The Fulani of Sudan
Long ago, the Fulani Muslims desired to make a pilgrimage to Mecca and the holy places in Sudan. Eventually, the Sudan Road became the major pilgrimage route between West Africa and the holy places. Today, nearly 127,000 Fulani live in western Sudan.
The region of Sudan occupied by the Fulani contains vast grasslands where hippopotamuses, lions, and zebras roam. The Fulani lifestyle resembles that of the Fulani in other parts of Africa, since the traditions of a "true" Fulani never change.
What are their lives like?
Throughout the year, the Fulani nomads travel from place to place in search of new and better grazing lands for their herds. Each member of the family has specific duties. The men's responsibilities include herding the cattle, tending to political affairs, treating illnesses, and making plans for traveling. The young men and boys help their fathers tend to the herds. The women's duties include milking the cows, preparing butter and cheese, making the clothes and blankets, and preparing the daily meals. Milk is the staple food of the Fulani. Their daily diet usually includes milk (or milk products) and a millet-based porridge.
The Fulani nomads are known as independent and having a strong code of moral ethics. When a Fulani boy reaches the age of 12, he enters sukaabe, or "young adulthood." At that time he is taught the rules of respect, courtesy, and justice.
A sharo is a Fulani custom that tests manhood. Young men who desire the same woman for a wife will have a "caning match" as a way of eliminating the less persistent suitor. The two must beat each other over the chest with their walking sticks, showing no signs of pain. The Sudan Fulani men usually have up to four wives, who are picked, among other things, by the amount of cattle they own.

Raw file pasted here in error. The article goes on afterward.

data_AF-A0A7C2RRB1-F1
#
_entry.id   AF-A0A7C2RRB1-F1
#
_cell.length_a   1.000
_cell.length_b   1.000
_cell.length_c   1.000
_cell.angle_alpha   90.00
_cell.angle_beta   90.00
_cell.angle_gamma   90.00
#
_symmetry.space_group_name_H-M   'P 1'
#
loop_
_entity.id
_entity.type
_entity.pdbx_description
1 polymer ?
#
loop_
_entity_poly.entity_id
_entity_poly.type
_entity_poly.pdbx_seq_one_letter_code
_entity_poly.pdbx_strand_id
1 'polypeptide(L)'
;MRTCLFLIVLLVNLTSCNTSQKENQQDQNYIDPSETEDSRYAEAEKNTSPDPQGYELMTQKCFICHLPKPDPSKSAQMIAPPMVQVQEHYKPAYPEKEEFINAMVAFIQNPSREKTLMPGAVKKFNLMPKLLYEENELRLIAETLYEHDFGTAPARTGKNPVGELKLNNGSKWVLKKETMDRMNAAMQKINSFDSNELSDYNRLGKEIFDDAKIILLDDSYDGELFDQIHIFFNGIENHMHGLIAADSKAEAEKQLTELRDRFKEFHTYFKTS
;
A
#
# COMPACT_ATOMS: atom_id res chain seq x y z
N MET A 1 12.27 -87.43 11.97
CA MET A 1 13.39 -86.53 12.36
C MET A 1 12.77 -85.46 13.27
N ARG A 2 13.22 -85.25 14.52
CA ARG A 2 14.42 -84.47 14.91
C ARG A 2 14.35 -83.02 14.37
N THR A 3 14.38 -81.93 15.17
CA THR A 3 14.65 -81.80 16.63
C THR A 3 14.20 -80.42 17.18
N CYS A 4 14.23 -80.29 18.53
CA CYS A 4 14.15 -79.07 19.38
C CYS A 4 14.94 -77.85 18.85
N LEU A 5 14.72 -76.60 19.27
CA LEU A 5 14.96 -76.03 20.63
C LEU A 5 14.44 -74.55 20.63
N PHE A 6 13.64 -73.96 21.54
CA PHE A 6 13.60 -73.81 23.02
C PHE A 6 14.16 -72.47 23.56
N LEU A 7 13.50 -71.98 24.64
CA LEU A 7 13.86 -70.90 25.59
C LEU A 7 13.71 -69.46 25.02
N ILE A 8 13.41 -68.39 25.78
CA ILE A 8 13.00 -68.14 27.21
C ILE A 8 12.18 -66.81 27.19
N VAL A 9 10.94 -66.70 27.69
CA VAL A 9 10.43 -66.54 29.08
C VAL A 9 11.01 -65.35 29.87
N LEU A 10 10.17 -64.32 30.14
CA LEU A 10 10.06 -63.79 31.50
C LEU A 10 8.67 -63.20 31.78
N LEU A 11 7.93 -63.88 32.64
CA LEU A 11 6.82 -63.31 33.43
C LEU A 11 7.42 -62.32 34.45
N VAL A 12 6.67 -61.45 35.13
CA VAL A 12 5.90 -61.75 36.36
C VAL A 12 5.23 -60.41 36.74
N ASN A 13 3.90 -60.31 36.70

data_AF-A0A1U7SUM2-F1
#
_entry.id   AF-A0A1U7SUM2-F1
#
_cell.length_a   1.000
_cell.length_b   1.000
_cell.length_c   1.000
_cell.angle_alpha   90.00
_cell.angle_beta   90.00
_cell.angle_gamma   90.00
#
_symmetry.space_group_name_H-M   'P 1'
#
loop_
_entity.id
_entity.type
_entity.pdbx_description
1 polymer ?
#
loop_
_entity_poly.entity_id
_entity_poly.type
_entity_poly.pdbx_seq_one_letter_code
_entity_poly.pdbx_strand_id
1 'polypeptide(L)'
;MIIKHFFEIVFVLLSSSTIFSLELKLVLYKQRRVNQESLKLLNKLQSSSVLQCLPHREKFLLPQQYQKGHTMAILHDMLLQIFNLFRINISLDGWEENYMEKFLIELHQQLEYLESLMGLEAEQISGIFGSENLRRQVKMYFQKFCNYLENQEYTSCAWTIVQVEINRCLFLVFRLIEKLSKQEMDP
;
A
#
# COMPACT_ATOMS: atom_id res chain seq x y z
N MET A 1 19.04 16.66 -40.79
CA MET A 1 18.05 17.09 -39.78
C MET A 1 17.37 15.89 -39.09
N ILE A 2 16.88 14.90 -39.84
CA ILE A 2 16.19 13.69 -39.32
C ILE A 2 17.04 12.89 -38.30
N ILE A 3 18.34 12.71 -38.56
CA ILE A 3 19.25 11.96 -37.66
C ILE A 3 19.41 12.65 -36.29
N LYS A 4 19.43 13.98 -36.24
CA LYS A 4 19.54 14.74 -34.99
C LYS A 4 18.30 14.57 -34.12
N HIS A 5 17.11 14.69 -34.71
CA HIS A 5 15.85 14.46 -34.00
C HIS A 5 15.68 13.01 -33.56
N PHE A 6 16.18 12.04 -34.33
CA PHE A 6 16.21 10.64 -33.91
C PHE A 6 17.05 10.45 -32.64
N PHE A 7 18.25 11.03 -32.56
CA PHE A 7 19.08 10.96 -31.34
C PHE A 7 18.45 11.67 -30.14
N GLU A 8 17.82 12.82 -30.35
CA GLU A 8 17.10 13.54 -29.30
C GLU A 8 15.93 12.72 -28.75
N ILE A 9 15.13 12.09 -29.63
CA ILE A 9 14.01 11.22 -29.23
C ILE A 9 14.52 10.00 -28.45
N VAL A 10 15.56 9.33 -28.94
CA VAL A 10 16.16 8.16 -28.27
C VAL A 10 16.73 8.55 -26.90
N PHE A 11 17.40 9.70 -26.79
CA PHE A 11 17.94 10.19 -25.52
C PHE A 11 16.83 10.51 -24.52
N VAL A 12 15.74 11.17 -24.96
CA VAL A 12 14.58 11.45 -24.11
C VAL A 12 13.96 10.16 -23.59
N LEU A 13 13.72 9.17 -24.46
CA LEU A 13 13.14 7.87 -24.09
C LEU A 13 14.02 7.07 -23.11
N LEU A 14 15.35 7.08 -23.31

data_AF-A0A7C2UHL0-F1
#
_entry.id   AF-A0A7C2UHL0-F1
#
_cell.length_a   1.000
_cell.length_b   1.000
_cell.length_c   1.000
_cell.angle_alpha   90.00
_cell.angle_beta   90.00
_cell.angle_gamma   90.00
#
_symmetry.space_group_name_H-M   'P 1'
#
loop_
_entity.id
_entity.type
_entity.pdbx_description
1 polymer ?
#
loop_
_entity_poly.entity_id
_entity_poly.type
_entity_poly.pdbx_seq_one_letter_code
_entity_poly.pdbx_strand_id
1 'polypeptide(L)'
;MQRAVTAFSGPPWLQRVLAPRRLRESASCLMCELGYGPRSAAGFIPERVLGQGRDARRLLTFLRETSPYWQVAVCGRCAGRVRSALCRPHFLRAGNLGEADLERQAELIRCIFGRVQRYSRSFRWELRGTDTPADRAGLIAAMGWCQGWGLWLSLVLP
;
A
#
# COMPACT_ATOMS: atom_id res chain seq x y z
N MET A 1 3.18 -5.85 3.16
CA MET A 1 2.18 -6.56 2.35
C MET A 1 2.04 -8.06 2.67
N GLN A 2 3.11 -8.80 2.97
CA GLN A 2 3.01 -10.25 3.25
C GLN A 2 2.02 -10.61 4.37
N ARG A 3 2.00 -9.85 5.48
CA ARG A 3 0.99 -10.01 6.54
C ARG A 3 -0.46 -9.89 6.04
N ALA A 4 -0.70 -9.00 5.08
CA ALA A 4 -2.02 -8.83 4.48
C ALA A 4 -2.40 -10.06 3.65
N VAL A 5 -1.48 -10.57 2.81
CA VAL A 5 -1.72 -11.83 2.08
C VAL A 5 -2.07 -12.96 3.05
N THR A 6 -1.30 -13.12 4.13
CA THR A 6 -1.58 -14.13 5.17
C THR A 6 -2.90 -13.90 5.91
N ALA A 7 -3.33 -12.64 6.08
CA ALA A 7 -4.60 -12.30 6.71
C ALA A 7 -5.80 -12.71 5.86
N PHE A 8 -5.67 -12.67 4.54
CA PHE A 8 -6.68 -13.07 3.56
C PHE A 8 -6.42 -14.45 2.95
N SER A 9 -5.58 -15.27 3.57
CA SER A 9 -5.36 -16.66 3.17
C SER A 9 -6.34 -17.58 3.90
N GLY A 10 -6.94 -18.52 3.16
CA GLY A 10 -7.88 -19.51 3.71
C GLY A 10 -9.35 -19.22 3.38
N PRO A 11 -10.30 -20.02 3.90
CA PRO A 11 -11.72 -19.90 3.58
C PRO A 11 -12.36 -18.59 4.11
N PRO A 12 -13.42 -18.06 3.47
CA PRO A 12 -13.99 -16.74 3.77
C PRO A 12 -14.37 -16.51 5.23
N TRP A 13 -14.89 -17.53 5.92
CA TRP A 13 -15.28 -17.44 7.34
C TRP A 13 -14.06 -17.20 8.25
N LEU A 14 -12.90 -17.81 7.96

The nomadic Fulani love to sing and dance. They feel very strongly about morality, and constantly strive to be generous, honest, and reserved. The Fulani also have a strong concept of beauty, and believe it to be a distinguishing feature between them and other African groups. Fulani infants receive decorative scars on their faces, near their lips, as signs of status and beauty. The children will receive more scarring on their foreheads and noses when they are about five years old. Adults decorate themselves by wearing leg and arm bracelets, as well as many large earrings looped through their ears.
What are their beliefs?
To the Fulani, children are the future. They do not believe in an afterlife, so children are the only means by which they can live on from generation to generation. They believe that through their sons, their names and features will remain. If a Fulani dies with no children, it is as if he dies twice.
What are their needs?
Latest estimates from the World Evangelization Research Center.
© Copyright 1997
Bethany World Prayer Center
This profile may be copied and distributed without obtaining permission
as long as it is not altered, bound, published
or used for profit purposes.